If you’ve ever logged into a healthcare portal, bought something online, or logged into a website that starts with “https”, you’ve used encryption. It’s used for everything from protecting your emails from hackers, to guarding top secret government documents — and more importantly, it’s the only technology that can make the internet truly secure. Yet, just because its use is widespread doesn’t mean all your information is safe. It’s important to know encryption basics.
If you want to take control of your own security, you need to learn the history of encryption, how it works, and how to use it to protect confidential information. With our quick guide, you can quickly get up to speed on everything you need to know about encryption.
Encryption is a system that encodes a message or file so that it can only be read by certain people. Encryption scrambles data — such as an email or file — using a program called an algorithm or cipher. A long string of data, called a cryptographic key, works like a password to protect the file. Once the data is encrypted, it looks like meaningless gibberish to anyone trying to access it. The only way to read it is by using the key to decrypt (unscramble) the data.
There are two basic types of encryption: symmetric and asymmetric. Symmetric key encryption uses the same key to encrypt and decrypt the data. Asymmetric encryption uses two keys: one to encrypt data, and one to decrypt it. It’s often referred to as public key encryption, because people who use it make the encryption key public, but keep the decryption key private. Anyone can send them an email or file encrypted with their public key, but only they can read it, using their private decryption key.
The History of Encryption
Modern cryptography is a recent invention, but the encryption basics go back thousands of years. As early as 1900 B.C., Egyptian scribes wrote in coded hieroglyphics to disguise their messages. Between 600 and 500 BC, Hebrew scribes used a substitution cipher called Atbash — a method of disguising messages by switching the letters. The scribes would replace the first letter of the alphabet with the last, the second letter with the second-to-last, and so on, so that no one could read their writing unless they knew how to unscramble it.
Greeks took things a step further with the scytale — a coded message that looks like a leather belt with a random series of letters on it. When it was wrapped around a piece of wood with a certain diameter, the letters on the belt would line up to spell out a message.
Some ancient cryptography has been lost, but we can see evidence of people using secret codes in many cultures, throughout history. In 1466, Leon Battista Alberti created the first polyalphabetic cipher — an invention that helped pave the way for modern cryptography. The Alberti cipher worked like a decoder ring. It used two disks — an outer disk with the alphabet and numbers written in order, and an inner disk, with characters out of order.
To use it, you’d line up a character on the inner disk with one on the outer disk, and make the substitutions the disks showed. To decrypt the message, someone would have to have a matching inner disk, and know how the ciphers were lined up. To make breaking encryption even harder, the person sending the message could rotate the disks partway through the cipher. Unless the recipient knew when and how to spin the disks, they wouldn’t be able to decipher the message.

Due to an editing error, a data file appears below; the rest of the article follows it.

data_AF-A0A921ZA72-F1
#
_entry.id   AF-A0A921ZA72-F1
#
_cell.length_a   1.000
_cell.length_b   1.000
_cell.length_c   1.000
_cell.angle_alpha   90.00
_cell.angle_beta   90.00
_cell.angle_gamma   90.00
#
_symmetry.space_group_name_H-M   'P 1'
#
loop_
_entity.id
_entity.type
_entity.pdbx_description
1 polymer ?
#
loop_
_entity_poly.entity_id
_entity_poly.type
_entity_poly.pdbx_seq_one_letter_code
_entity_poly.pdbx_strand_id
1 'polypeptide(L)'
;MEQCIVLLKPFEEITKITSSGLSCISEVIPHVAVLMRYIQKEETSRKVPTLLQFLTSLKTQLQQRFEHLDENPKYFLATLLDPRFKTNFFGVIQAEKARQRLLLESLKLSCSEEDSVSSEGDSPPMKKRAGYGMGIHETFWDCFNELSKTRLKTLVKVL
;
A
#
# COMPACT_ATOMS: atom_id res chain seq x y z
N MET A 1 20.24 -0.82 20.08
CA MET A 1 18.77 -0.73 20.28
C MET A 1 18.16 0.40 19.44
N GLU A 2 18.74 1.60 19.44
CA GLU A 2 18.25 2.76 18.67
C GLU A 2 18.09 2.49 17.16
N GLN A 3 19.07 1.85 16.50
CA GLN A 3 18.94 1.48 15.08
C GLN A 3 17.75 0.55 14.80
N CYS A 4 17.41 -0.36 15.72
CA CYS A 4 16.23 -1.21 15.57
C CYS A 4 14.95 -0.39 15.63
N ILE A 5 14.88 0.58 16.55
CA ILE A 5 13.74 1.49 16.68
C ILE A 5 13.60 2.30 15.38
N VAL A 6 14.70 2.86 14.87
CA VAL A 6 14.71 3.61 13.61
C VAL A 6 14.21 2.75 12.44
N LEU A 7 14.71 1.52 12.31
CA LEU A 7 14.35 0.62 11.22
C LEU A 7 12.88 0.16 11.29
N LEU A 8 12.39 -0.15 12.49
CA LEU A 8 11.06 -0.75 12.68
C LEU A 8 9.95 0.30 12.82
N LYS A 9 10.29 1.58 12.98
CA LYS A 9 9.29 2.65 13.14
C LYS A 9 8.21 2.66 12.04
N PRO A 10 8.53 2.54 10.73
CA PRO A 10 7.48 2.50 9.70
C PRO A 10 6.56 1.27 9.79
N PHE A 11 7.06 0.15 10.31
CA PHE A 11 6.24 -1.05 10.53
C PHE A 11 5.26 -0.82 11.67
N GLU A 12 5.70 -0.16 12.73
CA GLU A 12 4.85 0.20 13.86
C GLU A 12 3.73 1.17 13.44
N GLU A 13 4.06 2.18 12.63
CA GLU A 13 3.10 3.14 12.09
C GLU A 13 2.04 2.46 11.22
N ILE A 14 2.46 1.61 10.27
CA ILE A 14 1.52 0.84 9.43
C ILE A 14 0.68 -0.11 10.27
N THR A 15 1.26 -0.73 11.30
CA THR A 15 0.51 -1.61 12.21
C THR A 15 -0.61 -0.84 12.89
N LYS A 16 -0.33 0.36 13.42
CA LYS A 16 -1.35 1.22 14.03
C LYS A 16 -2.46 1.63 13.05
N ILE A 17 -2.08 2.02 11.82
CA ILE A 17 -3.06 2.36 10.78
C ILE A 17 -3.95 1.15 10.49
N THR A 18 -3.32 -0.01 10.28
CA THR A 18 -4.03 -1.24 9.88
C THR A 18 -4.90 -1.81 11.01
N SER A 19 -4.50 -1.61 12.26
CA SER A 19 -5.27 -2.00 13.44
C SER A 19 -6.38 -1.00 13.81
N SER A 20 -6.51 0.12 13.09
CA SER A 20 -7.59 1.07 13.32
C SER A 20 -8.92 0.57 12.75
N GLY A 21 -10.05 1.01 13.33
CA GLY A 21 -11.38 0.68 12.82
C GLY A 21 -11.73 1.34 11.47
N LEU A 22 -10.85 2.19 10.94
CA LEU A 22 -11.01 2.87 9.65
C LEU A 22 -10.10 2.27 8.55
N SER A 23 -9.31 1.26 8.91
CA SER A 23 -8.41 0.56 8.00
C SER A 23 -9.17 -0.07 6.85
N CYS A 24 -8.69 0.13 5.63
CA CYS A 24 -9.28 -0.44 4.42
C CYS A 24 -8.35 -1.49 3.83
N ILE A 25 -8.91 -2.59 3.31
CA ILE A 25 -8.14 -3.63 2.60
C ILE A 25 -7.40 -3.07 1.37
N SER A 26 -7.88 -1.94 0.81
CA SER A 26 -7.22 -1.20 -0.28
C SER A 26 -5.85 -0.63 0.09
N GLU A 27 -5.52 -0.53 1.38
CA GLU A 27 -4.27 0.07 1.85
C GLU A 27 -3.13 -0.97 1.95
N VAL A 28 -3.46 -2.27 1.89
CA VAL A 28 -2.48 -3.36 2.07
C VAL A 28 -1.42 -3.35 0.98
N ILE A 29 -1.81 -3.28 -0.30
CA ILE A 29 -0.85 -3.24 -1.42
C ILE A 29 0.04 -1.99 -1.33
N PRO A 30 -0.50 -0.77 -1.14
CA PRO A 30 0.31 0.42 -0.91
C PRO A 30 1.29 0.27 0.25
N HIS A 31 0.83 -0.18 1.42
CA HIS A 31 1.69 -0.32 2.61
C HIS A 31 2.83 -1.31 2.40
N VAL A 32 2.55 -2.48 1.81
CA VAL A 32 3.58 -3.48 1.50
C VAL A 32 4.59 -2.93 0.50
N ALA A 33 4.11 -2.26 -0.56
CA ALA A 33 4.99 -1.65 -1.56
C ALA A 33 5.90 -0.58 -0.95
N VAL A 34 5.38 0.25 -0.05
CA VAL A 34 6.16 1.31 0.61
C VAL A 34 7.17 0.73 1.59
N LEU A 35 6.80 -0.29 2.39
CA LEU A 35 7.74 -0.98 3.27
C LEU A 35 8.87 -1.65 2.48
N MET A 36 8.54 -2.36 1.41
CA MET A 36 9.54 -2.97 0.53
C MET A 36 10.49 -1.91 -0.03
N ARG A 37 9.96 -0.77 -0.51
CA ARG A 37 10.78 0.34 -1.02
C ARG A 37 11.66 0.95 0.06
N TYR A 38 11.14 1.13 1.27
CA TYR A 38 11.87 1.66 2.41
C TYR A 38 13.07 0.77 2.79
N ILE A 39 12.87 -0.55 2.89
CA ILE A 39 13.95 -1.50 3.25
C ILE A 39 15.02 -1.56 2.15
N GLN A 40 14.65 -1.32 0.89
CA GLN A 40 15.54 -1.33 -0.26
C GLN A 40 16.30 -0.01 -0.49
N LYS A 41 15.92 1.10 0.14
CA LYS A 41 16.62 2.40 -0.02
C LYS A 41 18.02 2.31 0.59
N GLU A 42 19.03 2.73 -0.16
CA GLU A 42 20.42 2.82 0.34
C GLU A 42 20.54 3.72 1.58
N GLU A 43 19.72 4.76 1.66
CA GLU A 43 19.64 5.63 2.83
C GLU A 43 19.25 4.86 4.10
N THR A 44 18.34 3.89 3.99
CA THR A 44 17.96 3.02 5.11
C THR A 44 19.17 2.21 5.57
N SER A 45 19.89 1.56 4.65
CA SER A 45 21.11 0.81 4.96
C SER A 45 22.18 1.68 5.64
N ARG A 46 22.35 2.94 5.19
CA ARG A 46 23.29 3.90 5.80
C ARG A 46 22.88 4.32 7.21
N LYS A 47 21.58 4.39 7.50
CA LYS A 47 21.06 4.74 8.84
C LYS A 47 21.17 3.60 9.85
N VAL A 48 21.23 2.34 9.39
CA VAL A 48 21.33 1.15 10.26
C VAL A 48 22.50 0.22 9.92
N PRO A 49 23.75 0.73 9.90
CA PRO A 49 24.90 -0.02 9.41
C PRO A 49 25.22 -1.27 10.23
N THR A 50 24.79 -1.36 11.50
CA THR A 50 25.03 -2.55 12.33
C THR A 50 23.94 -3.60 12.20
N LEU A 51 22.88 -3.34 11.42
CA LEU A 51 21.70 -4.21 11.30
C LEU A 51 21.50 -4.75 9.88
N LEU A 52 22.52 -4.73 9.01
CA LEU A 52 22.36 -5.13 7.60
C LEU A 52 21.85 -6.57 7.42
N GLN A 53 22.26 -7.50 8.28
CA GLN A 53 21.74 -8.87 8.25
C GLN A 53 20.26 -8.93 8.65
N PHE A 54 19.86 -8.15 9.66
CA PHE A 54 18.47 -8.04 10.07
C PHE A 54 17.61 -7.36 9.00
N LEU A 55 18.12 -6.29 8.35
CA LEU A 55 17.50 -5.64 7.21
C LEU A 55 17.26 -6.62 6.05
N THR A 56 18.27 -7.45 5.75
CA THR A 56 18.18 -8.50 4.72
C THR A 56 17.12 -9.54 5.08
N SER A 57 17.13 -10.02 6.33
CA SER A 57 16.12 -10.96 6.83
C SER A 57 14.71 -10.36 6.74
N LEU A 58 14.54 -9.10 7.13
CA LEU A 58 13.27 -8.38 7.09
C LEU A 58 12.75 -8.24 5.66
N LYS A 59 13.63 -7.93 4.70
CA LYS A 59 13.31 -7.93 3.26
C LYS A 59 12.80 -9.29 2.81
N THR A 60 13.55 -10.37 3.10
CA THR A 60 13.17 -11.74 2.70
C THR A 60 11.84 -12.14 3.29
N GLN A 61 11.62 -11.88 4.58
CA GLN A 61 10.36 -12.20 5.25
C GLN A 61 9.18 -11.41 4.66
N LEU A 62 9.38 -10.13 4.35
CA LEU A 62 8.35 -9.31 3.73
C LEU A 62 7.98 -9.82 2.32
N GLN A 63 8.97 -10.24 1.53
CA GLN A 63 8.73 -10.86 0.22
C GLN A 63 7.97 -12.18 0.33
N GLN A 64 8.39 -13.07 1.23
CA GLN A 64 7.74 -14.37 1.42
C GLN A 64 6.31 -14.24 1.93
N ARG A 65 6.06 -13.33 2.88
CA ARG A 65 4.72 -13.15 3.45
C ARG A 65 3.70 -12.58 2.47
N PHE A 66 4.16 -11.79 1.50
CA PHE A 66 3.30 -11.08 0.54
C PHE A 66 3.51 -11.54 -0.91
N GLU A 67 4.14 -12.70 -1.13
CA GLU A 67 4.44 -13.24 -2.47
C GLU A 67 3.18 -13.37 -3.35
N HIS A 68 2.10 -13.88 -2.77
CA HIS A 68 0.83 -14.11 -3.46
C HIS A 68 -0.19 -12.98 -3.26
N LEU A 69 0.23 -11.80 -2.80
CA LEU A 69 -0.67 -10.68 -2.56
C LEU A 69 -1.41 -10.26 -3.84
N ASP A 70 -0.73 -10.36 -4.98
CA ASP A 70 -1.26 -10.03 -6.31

The encryption basics invented by Alberti paved the way for mechanical encryption hundreds of years later. Although there’s debate about who deserves credit for mechanical encryption, it seems that it was first proposed in 1666, by Samuel Morland. He created a design for a cryptographic machine that used geared wheels to create a more sophisticated cipher. Rotor machines work like a series of Alberti disks that rotate each time a letter is typed. Because the substitution changes with each turn of the wheel, and only repeats once the wheel has turned all the way around, messages are much more difficult to break.
By adding more wheels, these machines can become exponentially more difficult to break. For example, let’s say a cipher has 36 characters — 26 letters, and the numbers, 0-9. With one cipher wheel rotating, the substitution pattern will repeat every 36 times — a 36 character cryptographic key. If you add a second wheel, which rotates one character every time the first wheel turns all the way around, it will take 1,296 characters (36 x 36) until the substitution repeated itself, making the code much more difficult to crack.
The Enigma machine, used by Nazi Germany is the most famous cypher machine, but both the Allies and Axis powers used them to encrypt communication during World War II. The Allies managed to break both Enigma, and the Japanese Purple machine, which allowed them to listen in on Axis communications, and outmaneuver them.
The Advanced Encryption Standard. The invention of computers greatly enhanced encryption. Instead of having to painstakingly build a cipher out of gears or electromechanical switches, mathematicians could program them, and their complexity was only limited by the power and memory of computers. But the better computers got at encrypting data, the better they got at breaking data encryption.
The Data Encryption Standard (DES) was designed to be unbreakable in the 1970s. It used a 56-bit key, meaning there were 2^56 possible combinations. To break it, a computer would have to keep trying different codes, until it guessed the right one — a process known as a brute force attack. By the 1990s, however, modern computers were powerful enough to crack DES keys in days.
The National Institute of Standards and Technology held a competition in 1997 for a cipher to replace DES. They wanted an algorithm that was easy to implement, and resistant to both brute force attacks and other code breaking techniques. The Rijndael algorithm won, and became the basis for the Advanced Encryption Standard (AES). It is still used today for everything from business records, to top secret government data.
The AES is a symmetric key cipher, supporting 128, 192, and 256-bit keys. Every bit doubles the amount of time it takes to break an encryption key. While the fastest supercomputer can now brute-force hack DES in less than seven minutes, it would take about 1 billion billion years, just to crack a 128-bit AES key.
How SSL and TLS Work
Symmetric key encryption basics can protect data, but they can’t send it securely. To encrypt an email using symmetric encryption, you’d have to contact them and agree on a key, but if you sent the key over the Internet, someone else could be listening in. Secure Socket Layer (SSL), and the newer Transport Layer Security (TLS) are designed to tackle that problem. They’re used to secure online communication such as banking, payment and email. You can tell a website is using SSL/TLS when its address starts with “https.”